Oh and somewhere in there Huyge also managed to take a thousand bus trips up to North Campus; he'll walk in December with a degree in naval architecture and marine engineering, then marry his fiancee. That must have been what the second star from Scout was for.
“It’s going to be a big one next week. We’ll enjoy this one for a little bit, but the whole emphasis starting back in January when these guys got here was this game coming up. We’ll be really looking forward to them, and we’ll be ready.”
Tomorrow (sorry it's taking so long): Hemingway, Molk, Watson, Woolfolk, RVB.
EDIT: Moved Grady to this group
I've written plenty about the guys from the classes of '07 and '08 who didn't make it to this week. This one's for the guys who did.
Many had to overcome hideous, season-ending injuries to get here. They also stuck around through two paradigm-shifting coaching changes, or watched the guy and the system they committed to run out of town.What they signed up for was multiple Big Ten championships and Rose Bowls, but what they got was the most tumultuous years at Stadium and Main since Yost dug a hole in the ground.
What they leave is a program on the verge of a BCS bowl, on the verge of another reshaping, on the verge of one final chance to beat Ohio State. The leadership they provided helped Michigan avoid another painful transition, and set the tone for more success to come. There have been many great seniors to graduate from Michigan, but it is no derogation of them to say that this class is a bit special. Here are their stories (in reverse order of commitment):
EARLY RICH-RODIGAN JET-SMURFS:
Michael Shaw was the wizard hat to Trotwood teammate Roundtree's snake oil, a Penn State commit (Carr had wanted him as a CB) who switched to Michigan at the last minute. Unlike fellow '08 RB recruits he had neither captured the imagination of the Internet by hurdling fools, nor did he have a name that 13-year-olds use on prank calls. What Shaw had was speed, hands, and a cut-and-bounce move. People thought he might be a slot receiver. The era Shaw played in was replete with RBs of various skillsets, and proximity to Carlos Brown made for exaggerated comparisons. Various injuries made for sporadic appearances. He started the '09 Ohio State game and was nominally the starter at the beginning of this year. Everyone will have to pick their endearing memory of bouncy Shaw; mine will be the block on McNaul against NU (the purple one) and Batman.
"Normally they're keying in on me. I don't know why, but they're keying in on me, so that's where [Denard] gets his yards from … We had an idea they were going to try to contain Denard, but we also thought Notre Dame was going to try to contain him."
Martavious Odoms was billed as the perfect slot bug, the prototypical Rich Rodriguez Pahokee speedster with skillz who's completely overlooked because he's tiny. He was brought in to return kicks and punts, block like a mountain goat, and catch bubble screens. Whenever someone of the old guard complained about "little Florida guys" who "won't make it in the Big Ten," they were talking about Odoms.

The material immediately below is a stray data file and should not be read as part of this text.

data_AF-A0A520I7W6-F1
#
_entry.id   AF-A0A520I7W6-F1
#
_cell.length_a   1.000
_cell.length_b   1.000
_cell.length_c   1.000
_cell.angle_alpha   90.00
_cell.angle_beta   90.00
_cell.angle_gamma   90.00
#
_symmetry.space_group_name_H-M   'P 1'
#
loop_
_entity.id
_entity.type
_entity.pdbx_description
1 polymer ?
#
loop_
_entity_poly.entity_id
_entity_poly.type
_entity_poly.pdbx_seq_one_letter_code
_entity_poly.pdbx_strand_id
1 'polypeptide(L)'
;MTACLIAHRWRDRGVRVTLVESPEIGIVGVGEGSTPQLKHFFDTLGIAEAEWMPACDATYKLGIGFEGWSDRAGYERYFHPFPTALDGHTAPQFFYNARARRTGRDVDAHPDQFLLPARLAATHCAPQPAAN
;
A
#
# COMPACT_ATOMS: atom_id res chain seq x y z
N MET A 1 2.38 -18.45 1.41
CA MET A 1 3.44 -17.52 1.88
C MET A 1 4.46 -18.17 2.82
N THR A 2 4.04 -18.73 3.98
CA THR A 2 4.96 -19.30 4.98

Tay almost immediately grabbed that slot position and led the team in receptions as a somewhat fumbly true freshman. His sophomore season it was his mountain goat blocking and magnificent TD against Indiana that prevented a Hoosier loss from ever being added to the pile of Rodriguezian indignities. But he sprained a knee against Penn State and missed the rest of the season while redshirted classmate Roy Roundtree exploded. Odoms returned as the world's smallest outside WR in 2010 until a broken foot knocked him out for the second half of the year. This year several broken bits kept Odoms on the sideline as Gallon emerged, until Odoms reprised the Indy TD (@8:51) against Nebraska.
Denard, can you talk about what you saw on the Odoms TD?
Denard: “Me and Martavious had a race, what, two years ago? So I saw that he can run, and he went right past the defenders and I put it in the air.”
What happened in that race?
Odoms, to Denard: “… What happened?”
Denard: “You have to tell them. You have to tell them.”
Odoms: “No, you should tell them.”
Denard: “Ah … he beat me. He got a win there. He got a win.”
Kelvin Grady committed to Michigan before any of these guys, but for basketball. After his sophomore ('08-'09) season Grady left the backcourt to join his brother in Rich Rod's basketball on grass. Grady also left his sure scholarship, and had to compete with the rest of the walk-ons to earn a football one (he did). Grady19 immediately pushed for playing time in the now crowded slot rotation, showing great route running but not so great hands. Then last year the hands improved—as in he caught almost everything thrown his way—and also became the designated reverse guy.
This year he's rotated in every game, despite there being another guy who's "emerged" at his position every year he's been here (Odoms, Roundtree, Gallon). His eligibility will run out after this season, but Kelvin has already received his Bachelor's degree, and is a year into his Master's in Social Work.